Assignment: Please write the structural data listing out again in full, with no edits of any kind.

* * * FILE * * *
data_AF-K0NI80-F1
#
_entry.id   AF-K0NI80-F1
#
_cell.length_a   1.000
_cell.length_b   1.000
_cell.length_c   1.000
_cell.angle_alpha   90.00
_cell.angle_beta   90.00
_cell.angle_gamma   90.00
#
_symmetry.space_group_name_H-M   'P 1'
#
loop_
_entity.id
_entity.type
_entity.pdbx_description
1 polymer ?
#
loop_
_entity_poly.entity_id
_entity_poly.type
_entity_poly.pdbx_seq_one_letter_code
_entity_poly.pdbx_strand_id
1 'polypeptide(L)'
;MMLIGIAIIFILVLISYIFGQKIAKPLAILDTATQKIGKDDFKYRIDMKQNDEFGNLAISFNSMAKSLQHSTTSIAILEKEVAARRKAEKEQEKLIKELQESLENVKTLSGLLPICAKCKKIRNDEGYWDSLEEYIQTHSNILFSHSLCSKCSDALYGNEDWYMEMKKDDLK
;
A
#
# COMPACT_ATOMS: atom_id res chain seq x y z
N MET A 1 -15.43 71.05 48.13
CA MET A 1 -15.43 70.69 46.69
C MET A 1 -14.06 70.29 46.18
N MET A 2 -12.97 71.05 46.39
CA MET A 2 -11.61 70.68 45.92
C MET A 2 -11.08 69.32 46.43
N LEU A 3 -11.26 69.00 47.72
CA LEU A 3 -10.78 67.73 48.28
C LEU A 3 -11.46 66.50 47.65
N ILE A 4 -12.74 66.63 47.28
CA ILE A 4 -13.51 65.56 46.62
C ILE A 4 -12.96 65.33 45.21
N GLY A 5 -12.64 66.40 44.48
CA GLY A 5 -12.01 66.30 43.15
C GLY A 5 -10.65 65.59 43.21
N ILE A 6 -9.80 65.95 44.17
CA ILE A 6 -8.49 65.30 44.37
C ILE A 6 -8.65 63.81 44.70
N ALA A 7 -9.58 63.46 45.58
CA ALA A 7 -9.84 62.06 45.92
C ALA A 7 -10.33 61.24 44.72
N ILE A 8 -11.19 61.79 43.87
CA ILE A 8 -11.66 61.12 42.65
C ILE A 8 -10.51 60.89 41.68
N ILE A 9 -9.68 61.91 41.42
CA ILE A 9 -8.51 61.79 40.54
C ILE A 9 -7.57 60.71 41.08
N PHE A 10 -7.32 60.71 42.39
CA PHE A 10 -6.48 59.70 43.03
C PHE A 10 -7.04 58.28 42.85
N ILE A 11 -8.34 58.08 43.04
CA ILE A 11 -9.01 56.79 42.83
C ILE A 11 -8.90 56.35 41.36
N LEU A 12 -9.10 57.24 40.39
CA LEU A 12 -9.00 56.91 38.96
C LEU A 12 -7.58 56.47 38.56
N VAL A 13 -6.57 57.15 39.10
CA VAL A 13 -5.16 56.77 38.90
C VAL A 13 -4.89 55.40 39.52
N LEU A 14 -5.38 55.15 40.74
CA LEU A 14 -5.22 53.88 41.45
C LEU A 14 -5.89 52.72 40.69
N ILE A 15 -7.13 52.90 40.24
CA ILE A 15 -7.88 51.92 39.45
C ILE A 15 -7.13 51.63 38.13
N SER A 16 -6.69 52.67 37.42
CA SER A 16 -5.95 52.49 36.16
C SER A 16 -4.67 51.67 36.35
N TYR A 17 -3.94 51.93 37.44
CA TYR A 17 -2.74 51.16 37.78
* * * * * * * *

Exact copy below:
data_AF-K0NI80-F1
#
_entry.id   AF-K0NI80-F1
#
_cell.length_a   1.000
_cell.length_b   1.000
_cell.length_c   1.000
_cell.angle_alpha   90.00
_cell.angle_beta   90.00
_cell.angle_gamma   90.00
#
_symmetry.space_group_name_H-M   'P 1'
#
loop_
_entity.id
_entity.type
_entity.pdbx_description
1 polymer ?
#
loop_
_entity_poly.entity_id
_entity_poly.type
_entity_poly.pdbx_seq_one_letter_code
_entity_poly.pdbx_strand_id
1 'polypeptide(L)'
;MMLIGIAIIFILVLISYIFGQKIAKPLAILDTATQKIGKDDFKYRIDMKQNDEFGNLAISFNSMAKSLQHSTTSIAILEKEVAARRKAEKEQEKLIKELQESLENVKTLSGLLPICAKCKKIRNDEGYWDSLEEYIQTHSNILFSHSLCSKCSDALYGNEDWYMEMKKDDLK
;
A
#
# COMPACT_ATOMS: atom_id res chain seq x y z
N MET A 1 -15.43 71.05 48.13
CA MET A 1 -15.43 70.69 46.69
C MET A 1 -14.06 70.29 46.18
N MET A 2 -12.97 71.05 46.39
CA MET A 2 -11.61 70.68 45.92
C MET A 2 -11.08 69.32 46.43
N LEU A 3 -11.26 69.00 47.72
CA LEU A 3 -10.78 67.73 48.28
C LEU A 3 -11.46 66.50 47.65
N ILE A 4 -12.74 66.63 47.28
CA ILE A 4 -13.51 65.56 46.62
C ILE A 4 -12.96 65.33 45.21
N GLY A 5 -12.64 66.40 44.48
CA GLY A 5 -12.01 66.30 43.15
C GLY A 5 -10.65 65.59 43.21
N ILE A 6 -9.80 65.95 44.17
CA ILE A 6 -8.49 65.30 44.37
C ILE A 6 -8.65 63.81 44.70
N ALA A 7 -9.58 63.46 45.58
CA ALA A 7 -9.84 62.06 45.92
C ALA A 7 -10.33 61.24 44.72
N ILE A 8 -11.19 61.79 43.87
CA ILE A 8 -11.66 61.12 42.65
C ILE A 8 -10.51 60.89 41.68
N ILE A 9 -9.68 61.91 41.42
CA ILE A 9 -8.51 61.79 40.54
C ILE A 9 -7.57 60.71 41.08
N PHE A 10 -7.32 60.71 42.39
CA PHE A 10 -6.48 59.70 43.03
C PHE A 10 -7.04 58.28 42.85
N ILE A 11 -8.34 58.08 43.04
CA ILE A 11 -9.01 56.79 42.83
C ILE A 11 -8.90 56.35 41.36
N LEU A 12 -9.10 57.24 40.39
CA LEU A 12 -9.00 56.91 38.96
C LEU A 12 -7.58 56.47 38.56
N VAL A 13 -6.57 57.15 39.10
CA VAL A 13 -5.16 56.77 38.90
C VAL A 13 -4.89 55.40 39.52
N LEU A 14 -5.38 55.15 40.74
CA LEU A 14 -5.22 53.88 41.45
C LEU A 14 -5.89 52.72 40.69
N ILE A 15 -7.13 52.90 40.24
CA ILE A 15 -7.88 51.92 39.45
C ILE A 15 -7.13 51.63 38.13
N SER A 16 -6.69 52.67 37.42
CA SER A 16 -5.95 52.49 36.16
C SER A 16 -4.67 51.67 36.35
N TYR A 17 -3.94 51.93 37.44
CA TYR A 17 -2.74 51.16 37.78